Have you heard of the stages of grief, sometimes called the stages of loss or mourning? It is said to be a universal pilgrammage for grieving people; and so it seems to be a healthy thing, to move through these stages, and get "stuff" out of one's system so healing can take place and life can progress. I guess it also makes sense, that when you "lose your job" you might go through something similar to a mourning period. It's not a person that is lost, so I don't want to make as dramatic of a statement as grief, per se, to describe some of the feelings we go through being unemployed. But hey, if the act fits, maybe I should stage it.
According to experts, the five or seven stages of loss tend to range from the initial shock and denial, all the way through anger, bargaining, depression, and usually the experience is said to end at acceptance. We can see how some of these natural responses would be likely in the realm of the recently laid-off worker. For someone who had worked a very long time in a certain business or for a certain employer, I'm sure the effects are harder still to deal with. Many people truly love what they do, and they center a good portion of their life around their job, and spend a lot of time at their company and/or with the people at their company.
However, in the case of the unemployed, we have to be very careful about how long we catch ourselves lingering in some of the stages of grief. Because, unlike mourning the loss of a person, being unemployed isn't really a permanent situation. A job, unlike a person, can be replaced. Maybe not exactly the same job, but for all intents and purposes, one can resurrect one's work life.
So, for example, let's tread gingerly around the depression stage, shall we? If you feel the blues set in, that's understandable, but get some help, pronto, because you need confidence and energy to get out there in order to solve the cause of the depression stage in the first place. Meaning, you need to put your best foot forward to be re-employed. And if you're unemployed long enough to get to the acceptance stage, well... hmmmm. This is a bit perplexing. You must accept the loss of the old job, yes. That's all there is to it, though. Not to be harsh, but the fact is, it's gone. When it comes to employers, we're making room for the new.
I started this blog using the analogy of zombies and the scariness of being re-animated once bitten. You know, I gotta admit, zombieland has almost happened to me here over the last couple of weeks. The old fleece robe I banished two months ago has re-appeared as of late, sometimes remaining on my body until mid-afternoon. Loaded with cat hair. I noticed this as I sat here by the computer recently.
Actually, "noticed" is rather gentle. I kind of panicked. Because, I mean, I know I've gone mousy with my blonde, but really, has joblessness turned me this gray, this fast? Plus how much hair am I losing now? Turns out the "good news" is that it was gray cat hair all over my robe, not mine, in bad lighting, which made it so I couldn't tell for a minute there. Yet, I didn't really...get up. You know, to look closer. Until later. When I got food.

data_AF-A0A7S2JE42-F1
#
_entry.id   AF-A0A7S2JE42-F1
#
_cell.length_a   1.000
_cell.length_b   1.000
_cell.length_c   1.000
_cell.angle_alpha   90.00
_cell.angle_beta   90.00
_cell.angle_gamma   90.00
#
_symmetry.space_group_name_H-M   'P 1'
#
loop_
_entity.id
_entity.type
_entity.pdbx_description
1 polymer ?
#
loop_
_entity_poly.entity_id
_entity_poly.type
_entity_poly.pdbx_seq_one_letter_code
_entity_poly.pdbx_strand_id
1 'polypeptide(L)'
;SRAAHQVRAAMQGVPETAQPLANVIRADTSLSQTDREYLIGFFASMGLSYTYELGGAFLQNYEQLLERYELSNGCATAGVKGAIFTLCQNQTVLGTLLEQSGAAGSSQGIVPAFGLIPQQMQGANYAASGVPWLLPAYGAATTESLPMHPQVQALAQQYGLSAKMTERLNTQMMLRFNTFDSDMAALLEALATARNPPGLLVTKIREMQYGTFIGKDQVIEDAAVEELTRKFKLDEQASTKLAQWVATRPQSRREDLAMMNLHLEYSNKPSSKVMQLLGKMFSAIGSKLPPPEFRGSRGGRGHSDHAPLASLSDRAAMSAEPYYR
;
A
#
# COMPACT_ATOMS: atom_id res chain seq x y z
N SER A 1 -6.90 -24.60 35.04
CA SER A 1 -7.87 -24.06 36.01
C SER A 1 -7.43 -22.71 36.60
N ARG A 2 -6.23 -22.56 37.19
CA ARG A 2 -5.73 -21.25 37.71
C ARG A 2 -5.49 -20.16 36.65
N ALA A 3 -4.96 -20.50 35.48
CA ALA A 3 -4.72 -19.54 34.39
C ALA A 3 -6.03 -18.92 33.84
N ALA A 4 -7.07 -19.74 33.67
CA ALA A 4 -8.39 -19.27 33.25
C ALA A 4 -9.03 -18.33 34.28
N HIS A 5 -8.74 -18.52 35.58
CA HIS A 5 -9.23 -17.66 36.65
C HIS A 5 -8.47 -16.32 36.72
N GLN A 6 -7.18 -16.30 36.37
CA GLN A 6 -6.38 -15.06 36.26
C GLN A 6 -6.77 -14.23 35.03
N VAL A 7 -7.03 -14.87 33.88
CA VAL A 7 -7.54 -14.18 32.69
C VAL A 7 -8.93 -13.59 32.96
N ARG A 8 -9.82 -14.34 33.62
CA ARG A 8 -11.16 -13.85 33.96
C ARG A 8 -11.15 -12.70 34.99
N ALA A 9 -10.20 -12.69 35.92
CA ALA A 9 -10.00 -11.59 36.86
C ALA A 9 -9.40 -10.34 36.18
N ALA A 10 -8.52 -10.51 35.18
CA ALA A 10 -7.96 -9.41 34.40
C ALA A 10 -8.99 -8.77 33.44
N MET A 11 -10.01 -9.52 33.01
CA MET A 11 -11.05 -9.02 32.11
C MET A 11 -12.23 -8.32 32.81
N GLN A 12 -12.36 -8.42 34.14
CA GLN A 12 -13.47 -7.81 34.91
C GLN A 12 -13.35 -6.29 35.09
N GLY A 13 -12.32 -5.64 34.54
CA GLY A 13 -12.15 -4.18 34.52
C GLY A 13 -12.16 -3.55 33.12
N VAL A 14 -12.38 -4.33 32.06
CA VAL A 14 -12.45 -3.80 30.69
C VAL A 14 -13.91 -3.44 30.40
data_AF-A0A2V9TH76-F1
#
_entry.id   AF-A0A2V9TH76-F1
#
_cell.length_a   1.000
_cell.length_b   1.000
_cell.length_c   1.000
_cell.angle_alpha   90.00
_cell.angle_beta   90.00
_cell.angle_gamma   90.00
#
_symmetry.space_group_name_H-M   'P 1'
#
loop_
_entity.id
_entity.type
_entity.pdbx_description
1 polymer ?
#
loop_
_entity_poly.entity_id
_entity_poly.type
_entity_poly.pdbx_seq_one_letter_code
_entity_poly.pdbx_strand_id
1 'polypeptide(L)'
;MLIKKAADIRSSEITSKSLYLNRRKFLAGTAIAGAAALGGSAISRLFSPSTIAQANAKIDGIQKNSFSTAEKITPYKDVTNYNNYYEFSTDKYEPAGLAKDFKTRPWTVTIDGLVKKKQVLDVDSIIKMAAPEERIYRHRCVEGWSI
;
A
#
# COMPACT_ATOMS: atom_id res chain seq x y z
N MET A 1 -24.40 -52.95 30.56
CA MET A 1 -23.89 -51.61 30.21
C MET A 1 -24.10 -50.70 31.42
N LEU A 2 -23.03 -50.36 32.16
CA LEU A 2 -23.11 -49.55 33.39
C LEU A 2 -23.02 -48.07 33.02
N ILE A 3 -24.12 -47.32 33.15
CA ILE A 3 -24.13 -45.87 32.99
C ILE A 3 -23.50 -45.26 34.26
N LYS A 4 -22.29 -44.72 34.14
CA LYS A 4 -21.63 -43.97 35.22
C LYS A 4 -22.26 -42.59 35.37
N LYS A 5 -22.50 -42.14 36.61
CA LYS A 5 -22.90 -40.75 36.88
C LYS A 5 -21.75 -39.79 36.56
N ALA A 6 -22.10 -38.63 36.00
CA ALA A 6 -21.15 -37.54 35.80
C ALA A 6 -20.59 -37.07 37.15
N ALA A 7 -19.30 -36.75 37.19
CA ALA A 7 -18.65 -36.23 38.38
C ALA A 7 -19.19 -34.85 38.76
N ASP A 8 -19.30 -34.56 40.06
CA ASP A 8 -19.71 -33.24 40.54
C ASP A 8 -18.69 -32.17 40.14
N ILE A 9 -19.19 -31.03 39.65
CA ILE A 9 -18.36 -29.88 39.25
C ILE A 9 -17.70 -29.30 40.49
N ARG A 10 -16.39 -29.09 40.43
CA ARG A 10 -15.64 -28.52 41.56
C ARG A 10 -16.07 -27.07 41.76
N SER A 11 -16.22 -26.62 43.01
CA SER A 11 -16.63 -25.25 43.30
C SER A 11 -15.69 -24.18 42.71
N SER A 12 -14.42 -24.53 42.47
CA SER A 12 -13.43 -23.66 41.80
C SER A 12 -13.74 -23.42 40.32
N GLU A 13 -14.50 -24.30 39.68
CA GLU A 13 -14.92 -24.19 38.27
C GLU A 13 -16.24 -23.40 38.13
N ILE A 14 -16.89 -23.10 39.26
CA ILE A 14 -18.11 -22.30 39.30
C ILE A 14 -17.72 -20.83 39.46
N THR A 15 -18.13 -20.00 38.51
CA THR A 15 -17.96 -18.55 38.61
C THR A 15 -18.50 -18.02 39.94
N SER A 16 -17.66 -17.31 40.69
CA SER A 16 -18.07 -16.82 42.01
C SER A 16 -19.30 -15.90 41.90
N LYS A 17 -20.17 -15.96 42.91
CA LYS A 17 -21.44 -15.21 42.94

Eww. So, fortunately for me, I'm managing my stages fairly quickly. Like that Lazy/Crazy Stage I just passed out of. I washed that hair right out of my robe, and that grey right out of my day, and by that afternoon I had been called for a really great job interview. Funny how that works. Making room for the new.
Here's how I've found my Six Stages of Unemployment to be--all bearable, very natural, and quite usable for strengthening and self-improvement. Remember, we're kicking ass and finding inner peace this year. That's not a stage, it's a promise!
Stage 1: Chin Up I was optimistic and had a lot of energy to make the most of things. I set out to be a model of how to be laid off and still be okay...better than okay, actually: to thrive.
Stage 2: Sad I missed people I worked with, even though I knew them less than a year--I missed the idea of knowing them longer. One gal just got married and she sent pics. I cried over her happiness and wished we worked together during this, since we were there for her engagement, etc.
Stage 3: Settled I felt I should enjoy this time and maximize the heck out of it, undertaking many projects, being domestic, working on writing a novel, reading, getting taxes done, lunch with friends and family, cooking more and being more present with the home life and personal goals. Good.
Stage 4: Cranky I began to have my nose out of joint a little, with the low response to my resume submissions. Why are they not calling me back for interviews? Don't they realize/I'm doing every thing right? Increasingly hurt inside and irritated outside that I'm hardly being given a chance.
Stage 5: Lazy/Crazy Onset of zombieland syndrome; hairy robe sightings (went out to mailbox in said robe one afternoon), online job search efforts less frequent aka "not worth it," daily plan to do yoga and work on novel and update this blog consistently ignored. Greek yogurt spoiling in fridge.
Stage 6: Nervous ... but Sane. This is the honest stage, where I come back from the brink of zombieland to tell you the truth. I haven't been unemployed long enough to feel desperate, but I can see how that could become Stage 7. I also don't have small children, or elderly parents I must support, and my husband still has his job and insurance.
But I need to work, plain and simple. I need wages. We have obligations we must meet and goals we feel strongly about, as well. And there's a guilty feeling in all this, too, even though I know it's not "my fault" my company laid me off.
So, yes, I'm grateful we have family and a home to help us through when we need it, if it comes to that. I've said it before: I'm a lucky jobless person. I have enough for food, a computer, electricity, etc. However, I'm still nervous. I'm owning this stage. Just know this: I'm not letting this stage own me!